The elmcity+azure project is live today at elmcity.cloudapp.net. The service is currently gathering and organizing online calendars for two towns: Keene, NH and Ann Arbor, MI. I’m keeping the list of iCalendar feeds for Keene, and Ed Vielmetti is keeping the list for Ann Arbor.
If you’d like to play along in your town, just pick a Delicious account, bookmark all the useful iCalendar feeds you can find, plug in some metadata, and point me to the account. I’ll register it with the service, which will:
- Regularly parse the iCalendar feeds in your list.
- Report numbers of events found in the feeds, or details of errors encountered.
- Scan Eventful.com for events in your specified location.
- Merge all the events.
- Publish an HTML view of the merged calendar, based on the HTML template and CSS file that you specify.
- Produce JSON and XML views of the merged data.
If you decide to try curating one of these lists, you’ll quickly find, as I have, that there are no major technical hurdles. True, there are some issues with invalid iCalendar feeds. But that’s not what prevents us from having a comprehensive view of all the public events happening where we live. The real challenge is explaining how to publish useful calendars using free, ubiquitous tools, why posting a PDf to the website isn’t good enough, and what network effects can happen when more of us publish and syndicate calendar feeds.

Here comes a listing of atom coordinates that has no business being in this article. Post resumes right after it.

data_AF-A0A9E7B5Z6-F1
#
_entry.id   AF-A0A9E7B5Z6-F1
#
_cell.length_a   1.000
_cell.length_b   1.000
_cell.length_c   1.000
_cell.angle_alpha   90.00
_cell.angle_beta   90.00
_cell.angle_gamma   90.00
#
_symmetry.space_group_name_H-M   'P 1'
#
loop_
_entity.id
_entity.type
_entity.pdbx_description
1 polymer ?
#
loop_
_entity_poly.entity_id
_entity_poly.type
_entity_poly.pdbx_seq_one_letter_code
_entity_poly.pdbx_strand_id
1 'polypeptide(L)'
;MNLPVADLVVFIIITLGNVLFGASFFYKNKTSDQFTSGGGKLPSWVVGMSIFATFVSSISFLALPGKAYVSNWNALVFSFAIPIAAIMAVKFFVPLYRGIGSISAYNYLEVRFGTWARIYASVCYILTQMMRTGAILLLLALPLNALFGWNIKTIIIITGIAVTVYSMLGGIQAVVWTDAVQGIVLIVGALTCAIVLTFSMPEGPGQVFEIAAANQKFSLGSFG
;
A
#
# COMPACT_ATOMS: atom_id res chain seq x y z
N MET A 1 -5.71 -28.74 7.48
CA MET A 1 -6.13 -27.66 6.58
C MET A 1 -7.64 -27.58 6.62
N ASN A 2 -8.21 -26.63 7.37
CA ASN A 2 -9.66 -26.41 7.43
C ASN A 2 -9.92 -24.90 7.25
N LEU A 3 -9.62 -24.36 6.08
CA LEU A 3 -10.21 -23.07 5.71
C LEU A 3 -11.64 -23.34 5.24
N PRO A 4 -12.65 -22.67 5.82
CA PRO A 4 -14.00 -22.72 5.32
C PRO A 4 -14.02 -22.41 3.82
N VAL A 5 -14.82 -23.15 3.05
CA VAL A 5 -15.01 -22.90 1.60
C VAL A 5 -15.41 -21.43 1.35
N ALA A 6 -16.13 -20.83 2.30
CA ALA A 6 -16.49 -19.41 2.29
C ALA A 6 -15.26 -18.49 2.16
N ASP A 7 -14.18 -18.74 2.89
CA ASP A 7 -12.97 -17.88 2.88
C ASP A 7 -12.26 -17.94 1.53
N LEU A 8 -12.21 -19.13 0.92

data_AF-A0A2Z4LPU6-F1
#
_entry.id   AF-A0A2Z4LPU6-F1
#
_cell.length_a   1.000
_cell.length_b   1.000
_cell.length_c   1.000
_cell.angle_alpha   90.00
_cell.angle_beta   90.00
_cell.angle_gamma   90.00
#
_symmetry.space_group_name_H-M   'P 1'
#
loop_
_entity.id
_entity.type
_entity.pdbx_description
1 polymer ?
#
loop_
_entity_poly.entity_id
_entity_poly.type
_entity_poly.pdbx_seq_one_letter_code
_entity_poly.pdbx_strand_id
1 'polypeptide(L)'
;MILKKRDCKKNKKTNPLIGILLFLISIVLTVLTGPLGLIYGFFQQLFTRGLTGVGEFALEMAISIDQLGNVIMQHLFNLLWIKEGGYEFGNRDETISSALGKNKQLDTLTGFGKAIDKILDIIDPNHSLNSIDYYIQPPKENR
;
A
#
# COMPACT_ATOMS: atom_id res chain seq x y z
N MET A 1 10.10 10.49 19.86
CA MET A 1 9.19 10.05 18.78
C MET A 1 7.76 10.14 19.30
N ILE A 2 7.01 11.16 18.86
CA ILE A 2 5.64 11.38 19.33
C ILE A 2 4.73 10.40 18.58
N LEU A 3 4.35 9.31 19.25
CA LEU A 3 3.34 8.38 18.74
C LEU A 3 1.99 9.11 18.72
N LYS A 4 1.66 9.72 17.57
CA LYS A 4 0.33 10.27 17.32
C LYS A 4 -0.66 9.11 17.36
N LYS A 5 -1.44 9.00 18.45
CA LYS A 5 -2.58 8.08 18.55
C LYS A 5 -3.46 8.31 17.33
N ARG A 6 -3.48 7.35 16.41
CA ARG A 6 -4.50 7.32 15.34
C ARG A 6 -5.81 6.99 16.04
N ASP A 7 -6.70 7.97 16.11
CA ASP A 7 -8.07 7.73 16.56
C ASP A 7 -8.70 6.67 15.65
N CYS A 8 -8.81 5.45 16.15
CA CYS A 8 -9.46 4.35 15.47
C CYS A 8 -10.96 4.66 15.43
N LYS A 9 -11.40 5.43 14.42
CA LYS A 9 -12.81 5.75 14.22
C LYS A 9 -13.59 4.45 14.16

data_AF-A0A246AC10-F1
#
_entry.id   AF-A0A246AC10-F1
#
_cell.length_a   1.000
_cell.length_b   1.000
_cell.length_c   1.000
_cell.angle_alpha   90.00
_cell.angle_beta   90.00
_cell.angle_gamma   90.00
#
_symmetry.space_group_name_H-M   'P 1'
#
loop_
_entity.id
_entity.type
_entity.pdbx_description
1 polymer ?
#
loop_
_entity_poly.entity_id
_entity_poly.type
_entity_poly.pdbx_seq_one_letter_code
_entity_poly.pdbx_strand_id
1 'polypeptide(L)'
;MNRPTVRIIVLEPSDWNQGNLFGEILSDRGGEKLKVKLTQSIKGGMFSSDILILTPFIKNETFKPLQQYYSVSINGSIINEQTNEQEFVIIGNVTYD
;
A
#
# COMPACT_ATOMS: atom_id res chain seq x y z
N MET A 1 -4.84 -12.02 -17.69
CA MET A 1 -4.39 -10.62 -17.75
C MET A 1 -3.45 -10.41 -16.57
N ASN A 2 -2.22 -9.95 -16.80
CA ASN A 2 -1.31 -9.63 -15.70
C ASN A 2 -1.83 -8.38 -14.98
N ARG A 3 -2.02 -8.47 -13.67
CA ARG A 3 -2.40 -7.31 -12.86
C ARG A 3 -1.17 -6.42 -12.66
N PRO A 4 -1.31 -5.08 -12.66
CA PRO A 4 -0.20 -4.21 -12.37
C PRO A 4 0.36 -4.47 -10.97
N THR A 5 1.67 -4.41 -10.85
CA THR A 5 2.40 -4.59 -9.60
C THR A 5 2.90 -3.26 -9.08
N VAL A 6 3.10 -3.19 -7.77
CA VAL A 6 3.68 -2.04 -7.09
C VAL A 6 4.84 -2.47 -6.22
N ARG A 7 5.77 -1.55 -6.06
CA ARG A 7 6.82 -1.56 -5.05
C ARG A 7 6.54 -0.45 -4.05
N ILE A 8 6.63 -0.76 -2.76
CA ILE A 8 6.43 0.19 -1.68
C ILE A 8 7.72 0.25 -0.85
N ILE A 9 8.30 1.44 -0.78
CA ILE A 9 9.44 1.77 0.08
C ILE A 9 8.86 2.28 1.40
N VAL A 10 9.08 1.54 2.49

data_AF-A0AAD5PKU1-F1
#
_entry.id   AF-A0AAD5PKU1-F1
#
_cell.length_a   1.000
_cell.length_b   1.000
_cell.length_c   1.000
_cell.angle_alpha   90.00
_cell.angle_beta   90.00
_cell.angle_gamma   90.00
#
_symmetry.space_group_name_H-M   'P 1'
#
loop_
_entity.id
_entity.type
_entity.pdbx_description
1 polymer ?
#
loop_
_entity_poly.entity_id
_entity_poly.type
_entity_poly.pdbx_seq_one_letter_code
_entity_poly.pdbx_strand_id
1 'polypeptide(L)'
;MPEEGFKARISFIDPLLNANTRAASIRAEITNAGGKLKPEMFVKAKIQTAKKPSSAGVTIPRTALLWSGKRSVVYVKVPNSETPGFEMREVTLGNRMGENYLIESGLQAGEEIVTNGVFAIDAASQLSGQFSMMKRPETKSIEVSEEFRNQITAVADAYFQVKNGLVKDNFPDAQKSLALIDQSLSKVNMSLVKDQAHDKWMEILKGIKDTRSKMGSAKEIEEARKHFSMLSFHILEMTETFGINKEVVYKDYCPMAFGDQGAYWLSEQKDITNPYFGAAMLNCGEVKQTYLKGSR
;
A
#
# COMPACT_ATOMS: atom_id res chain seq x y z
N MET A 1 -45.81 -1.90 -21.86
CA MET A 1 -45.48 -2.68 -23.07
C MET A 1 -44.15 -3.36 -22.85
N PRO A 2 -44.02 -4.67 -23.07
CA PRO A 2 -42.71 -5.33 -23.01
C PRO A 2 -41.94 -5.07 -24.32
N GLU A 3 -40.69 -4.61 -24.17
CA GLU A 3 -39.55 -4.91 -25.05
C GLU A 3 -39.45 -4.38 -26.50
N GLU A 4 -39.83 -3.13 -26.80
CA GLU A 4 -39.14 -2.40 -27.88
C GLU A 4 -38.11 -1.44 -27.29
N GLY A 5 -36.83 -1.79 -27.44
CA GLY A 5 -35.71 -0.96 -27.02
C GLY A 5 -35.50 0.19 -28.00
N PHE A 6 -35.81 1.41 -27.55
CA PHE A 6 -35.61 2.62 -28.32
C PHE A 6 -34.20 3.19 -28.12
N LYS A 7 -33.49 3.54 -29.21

It’s a big challenge. But progress in this domain can generalize to others. When I discussed this project at Transparency Camp, Greg Elin said: “OK, so you’re not trying to get people to adopt a technology, you’re trying to get them to adopt a pattern.”
That’s it exactly. This pattern of collaborative curation isn’t yet well understood or widely practiced. But it’s a key strategy that Internet citizens can use to enhance collective awareness and enable collective action. So if you try this experiment, I’m most interested to know what words, images, behaviors, or demonstrations help you get that idea across.